Any non-macbooks that can compete with apples trackpads?

Discussion in 'MacBook Pro' started by Shredder-, Mar 14, 2012.

  1. Shredder- macrumors regular

    Joined:
    Jan 4, 2012
    #1
    One of the few reasons I'll most likely never leave MacBooks for another laptop is the trackpad. Every other trackpad is just pure garbage compare to MacBooks'. What laptop is closest to MacBooks sensitivity? (Two finger swipe down, four finger swipe to show desktop, all those utilities)
     
  2. Krazy Bill macrumors 68030

    Krazy Bill

    Joined:
    Dec 21, 2011
    #2
    I don't think another one exists. And if it does, it's made to work for Windows and the gesturing is pretty dependent on the driver. (Synaptics is pretty prevalent). For me, it's starting to make more sense to run Windows full time on a MacBook (lots of biz apps at work plus I don't like where OSX is headed). Of course Boot camp drivers for windows really suck and there really isn't anything else out there.

    I do agree. The buttery-smooth scrolling and gestures on the trackpad does grow on you. PC laptops fail here as does Windows IMO.
     
  3. /user/me macrumors 6502

    Joined:
    Feb 28, 2011
    #3
    no. Proprietary tech and a legal team that has the capability to sue God for negligence means that even if one did, apple crushed it into dust.
     
  4. snaky69 macrumors 603

    Joined:
    Mar 14, 2008
    #4
    That is OS specific, not trackpad specific. A multi-touch trackpad isn't exactly hard to implement, Windows simply doesn't have the proper drivers for it.
     
  5. pgiguere1 macrumors 68020

    pgiguere1

    Joined:
    May 28, 2009
    Location:
    Montreal, Canada
    #5
    I've heard the new HP Envy 14 Spectre has the best trackpad for a Windows laptop, and feels similar to those of Macs.

    It's only a shame that:

    - They ripped-off Apple's design
    - It claims to be an ultrabook (uses ULV processor, SSD, etc.) yet is much bulkier and heavier than a MBA (almost 1 lb more)
    - Slower than MBA
    - Has less battery than MBA
    - More expensive than MBA

    In other words, it has really poor value but it's one of the only Windows laptop with a trackpad that doesn't completely suck.
     
  6. thundersteele macrumors 68030

    Joined:
    Oct 19, 2011
    Location:
    Switzerland
    #6
    Oh yeah, it has a silver body with black keys... must be a rip-off. Did you even look at it?

    You actually get a 1600x900 screen, USB 3.0, and CPU, Memory and storage very similar to what the 13'' MBA offers. It has a sound system that I don't think any Macbook can match.
    The engadget review gets exactly the same battery life than for the 13'' MBA (on OSX), but the 13'' MBA gets 1 hour less on windows (who cares :D ). I actually found mixed reviews for the trackpad, ranging from "best non-Apple" to "so-so."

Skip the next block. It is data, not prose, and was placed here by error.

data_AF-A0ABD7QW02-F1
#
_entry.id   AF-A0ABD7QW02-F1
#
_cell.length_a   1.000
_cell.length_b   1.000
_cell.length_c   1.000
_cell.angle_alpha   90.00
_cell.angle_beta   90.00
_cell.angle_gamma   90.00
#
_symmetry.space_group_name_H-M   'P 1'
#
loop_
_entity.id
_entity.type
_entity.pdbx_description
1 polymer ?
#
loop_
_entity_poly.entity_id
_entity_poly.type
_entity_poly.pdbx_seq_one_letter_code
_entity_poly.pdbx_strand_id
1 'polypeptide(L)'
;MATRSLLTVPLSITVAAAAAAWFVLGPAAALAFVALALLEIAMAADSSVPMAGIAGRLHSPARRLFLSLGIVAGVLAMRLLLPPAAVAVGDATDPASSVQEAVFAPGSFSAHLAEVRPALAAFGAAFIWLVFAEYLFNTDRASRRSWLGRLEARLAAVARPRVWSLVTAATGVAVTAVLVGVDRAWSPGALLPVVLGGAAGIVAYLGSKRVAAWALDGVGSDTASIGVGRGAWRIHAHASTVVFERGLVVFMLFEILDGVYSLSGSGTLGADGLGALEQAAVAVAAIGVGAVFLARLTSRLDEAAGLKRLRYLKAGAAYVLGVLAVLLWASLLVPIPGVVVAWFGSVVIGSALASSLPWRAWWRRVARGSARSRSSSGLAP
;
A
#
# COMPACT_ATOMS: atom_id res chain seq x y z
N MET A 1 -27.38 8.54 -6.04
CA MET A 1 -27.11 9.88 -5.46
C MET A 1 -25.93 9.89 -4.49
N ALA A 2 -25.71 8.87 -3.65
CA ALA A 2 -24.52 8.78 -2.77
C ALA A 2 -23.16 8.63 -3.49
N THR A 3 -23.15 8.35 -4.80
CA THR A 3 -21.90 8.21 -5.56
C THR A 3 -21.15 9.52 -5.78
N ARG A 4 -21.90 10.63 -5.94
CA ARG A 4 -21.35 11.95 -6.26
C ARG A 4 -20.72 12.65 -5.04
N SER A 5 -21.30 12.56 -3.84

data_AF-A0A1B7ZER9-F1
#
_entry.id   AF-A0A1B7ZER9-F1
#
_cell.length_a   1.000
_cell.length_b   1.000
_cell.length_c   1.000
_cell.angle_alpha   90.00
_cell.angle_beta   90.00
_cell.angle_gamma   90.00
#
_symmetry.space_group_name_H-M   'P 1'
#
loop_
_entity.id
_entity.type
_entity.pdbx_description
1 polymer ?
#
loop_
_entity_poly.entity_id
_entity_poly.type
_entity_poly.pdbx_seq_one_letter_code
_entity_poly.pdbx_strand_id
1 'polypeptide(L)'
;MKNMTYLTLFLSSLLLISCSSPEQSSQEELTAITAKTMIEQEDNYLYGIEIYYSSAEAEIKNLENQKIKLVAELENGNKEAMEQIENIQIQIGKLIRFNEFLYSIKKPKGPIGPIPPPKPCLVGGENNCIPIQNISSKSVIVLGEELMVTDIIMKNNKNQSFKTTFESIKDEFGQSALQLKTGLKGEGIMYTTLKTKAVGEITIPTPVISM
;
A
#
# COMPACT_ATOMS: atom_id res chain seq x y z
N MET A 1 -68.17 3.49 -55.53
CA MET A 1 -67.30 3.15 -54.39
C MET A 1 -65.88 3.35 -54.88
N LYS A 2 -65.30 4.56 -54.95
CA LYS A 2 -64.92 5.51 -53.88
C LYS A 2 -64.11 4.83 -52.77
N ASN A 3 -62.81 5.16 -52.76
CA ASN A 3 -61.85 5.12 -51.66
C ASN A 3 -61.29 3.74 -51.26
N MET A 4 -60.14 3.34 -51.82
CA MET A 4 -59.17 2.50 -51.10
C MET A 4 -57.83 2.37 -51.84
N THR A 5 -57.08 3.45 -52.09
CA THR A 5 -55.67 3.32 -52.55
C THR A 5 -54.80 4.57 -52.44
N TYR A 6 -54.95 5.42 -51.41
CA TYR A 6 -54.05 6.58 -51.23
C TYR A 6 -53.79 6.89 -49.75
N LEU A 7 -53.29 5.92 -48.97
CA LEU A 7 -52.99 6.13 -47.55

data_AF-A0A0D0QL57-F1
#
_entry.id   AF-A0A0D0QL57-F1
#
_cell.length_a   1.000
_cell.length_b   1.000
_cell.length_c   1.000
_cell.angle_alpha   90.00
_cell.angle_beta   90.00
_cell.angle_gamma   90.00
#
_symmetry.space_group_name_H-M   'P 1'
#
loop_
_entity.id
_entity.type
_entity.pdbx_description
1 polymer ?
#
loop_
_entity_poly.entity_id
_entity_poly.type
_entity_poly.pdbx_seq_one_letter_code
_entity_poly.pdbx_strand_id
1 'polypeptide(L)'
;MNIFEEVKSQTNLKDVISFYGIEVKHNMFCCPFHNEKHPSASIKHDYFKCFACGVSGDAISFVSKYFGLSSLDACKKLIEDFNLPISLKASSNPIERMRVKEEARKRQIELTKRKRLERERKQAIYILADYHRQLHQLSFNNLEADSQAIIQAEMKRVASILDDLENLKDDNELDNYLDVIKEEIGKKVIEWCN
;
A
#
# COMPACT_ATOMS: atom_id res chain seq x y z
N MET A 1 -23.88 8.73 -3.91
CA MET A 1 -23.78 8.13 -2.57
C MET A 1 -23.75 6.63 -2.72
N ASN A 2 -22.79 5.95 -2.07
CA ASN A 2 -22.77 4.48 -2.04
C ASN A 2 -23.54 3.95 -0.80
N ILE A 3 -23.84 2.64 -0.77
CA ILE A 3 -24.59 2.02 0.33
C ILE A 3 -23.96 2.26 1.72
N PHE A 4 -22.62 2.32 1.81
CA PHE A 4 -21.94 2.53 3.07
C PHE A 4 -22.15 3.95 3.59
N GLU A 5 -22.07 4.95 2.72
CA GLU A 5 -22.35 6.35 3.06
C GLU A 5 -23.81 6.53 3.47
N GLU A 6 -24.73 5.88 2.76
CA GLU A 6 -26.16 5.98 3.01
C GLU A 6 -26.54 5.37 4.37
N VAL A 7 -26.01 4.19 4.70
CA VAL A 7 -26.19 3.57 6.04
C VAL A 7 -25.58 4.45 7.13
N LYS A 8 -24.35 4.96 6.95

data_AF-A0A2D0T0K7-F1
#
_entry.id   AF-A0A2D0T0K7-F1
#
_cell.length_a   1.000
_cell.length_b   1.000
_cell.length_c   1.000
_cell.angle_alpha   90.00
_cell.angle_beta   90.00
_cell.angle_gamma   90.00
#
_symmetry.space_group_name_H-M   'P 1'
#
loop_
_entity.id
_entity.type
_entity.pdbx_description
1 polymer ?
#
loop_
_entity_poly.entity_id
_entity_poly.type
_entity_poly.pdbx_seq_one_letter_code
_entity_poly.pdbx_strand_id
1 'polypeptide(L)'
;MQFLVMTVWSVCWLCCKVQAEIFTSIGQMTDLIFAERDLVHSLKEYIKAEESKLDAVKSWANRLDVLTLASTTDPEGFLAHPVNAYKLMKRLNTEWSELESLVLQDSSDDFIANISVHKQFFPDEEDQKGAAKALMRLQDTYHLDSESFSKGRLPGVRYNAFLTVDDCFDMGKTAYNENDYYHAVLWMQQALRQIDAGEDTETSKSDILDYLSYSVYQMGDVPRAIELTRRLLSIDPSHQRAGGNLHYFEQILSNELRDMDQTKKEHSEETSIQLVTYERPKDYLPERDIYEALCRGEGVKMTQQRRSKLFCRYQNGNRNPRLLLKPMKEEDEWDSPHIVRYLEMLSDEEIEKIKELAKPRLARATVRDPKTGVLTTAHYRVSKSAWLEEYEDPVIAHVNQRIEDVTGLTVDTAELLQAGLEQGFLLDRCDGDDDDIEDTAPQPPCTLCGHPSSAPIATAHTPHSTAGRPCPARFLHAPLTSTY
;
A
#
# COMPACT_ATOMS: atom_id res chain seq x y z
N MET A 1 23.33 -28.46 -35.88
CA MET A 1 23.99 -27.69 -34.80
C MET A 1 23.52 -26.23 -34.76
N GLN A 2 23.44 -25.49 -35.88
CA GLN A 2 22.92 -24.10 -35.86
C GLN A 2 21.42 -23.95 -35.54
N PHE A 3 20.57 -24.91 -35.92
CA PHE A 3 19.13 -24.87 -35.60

At the end of the day, it's still somewhat overpriced for what it is, but I don't think the comparison with a 13'' MBA is fair.



    http://www.engadget.com/2012/03/14/hp-envy-14-spectre-review/
    http://www.theverge.com/2012/3/14/2869658/hp-envy-14-spectre-review
     
  7. pgiguere1 macrumors 68020

    pgiguere1

    Joined:
    May 28, 2009
    Location:
    Montreal, Canada
    #7
    [​IMG]
    I did. Are you saying that all it has in common with the MBP's design is black keys and a silver body? Wow.

    Sure, specs are similar, yet the HP is more expensive. People won't usually choose an HP over a Mac if the Mac has a better specs/dollar ratio (which rarely happens anyway). Specs/dollar is actually what Apple usually is the worst at, yet HP managed to do worse. A Mac is not just about specs, but more about the global experience (customer service, build quality, design, efficient and bloatware-free OS, no drivers and virus to worry about, etc.), which I suspect this HP can't match. Both reviews you just posted show the MBA scores better in all benchmarks (PCMarkVantage, 3DMarkVantage and 3DMark06), yet is cheaper, slimmer and lighter by almost 1 lb.

    Engadget's review shows 2 minutes more for the MBA and The Verge's review show 65 minutes more. The actual battery difference will vary depending what you do but I think it's safe to say that the (cheaper) MBA offers a slightly better battery life.

    Then what would you compare it to? It aims at the same form factor and uses the same CPU, GPU, RAM and storage and has a similar price.
     
  8. thundersteele macrumors 68030

    Joined:
    Oct 19, 2011
    Location:
    Switzerland
    #8
    Look, it's design is certainly inspired by the MBPs unibody, but it's not a rip off. Which of these following pictures look like a Mac?

    [​IMG]
    [​IMG]

    If I were looking for a windows laptop, I would choose this one over a MBA with bootcamped windows. The bootcamp trackpad drivers that Apple provides do not offer the same experience as in OSX. Add the cost of a windows license, and the shorter battery life under windows (if we trust engadget), and there is no benefit left for going with the MBA.

    I guess it does fall into a broad category that includes the 13'' MBA, but when I look at it I don't feel that it belongs to the whole ultrabook crowd. It is more a niche product that doesn't really have an Apple counterpart.
     
  9. ixodes macrumors 601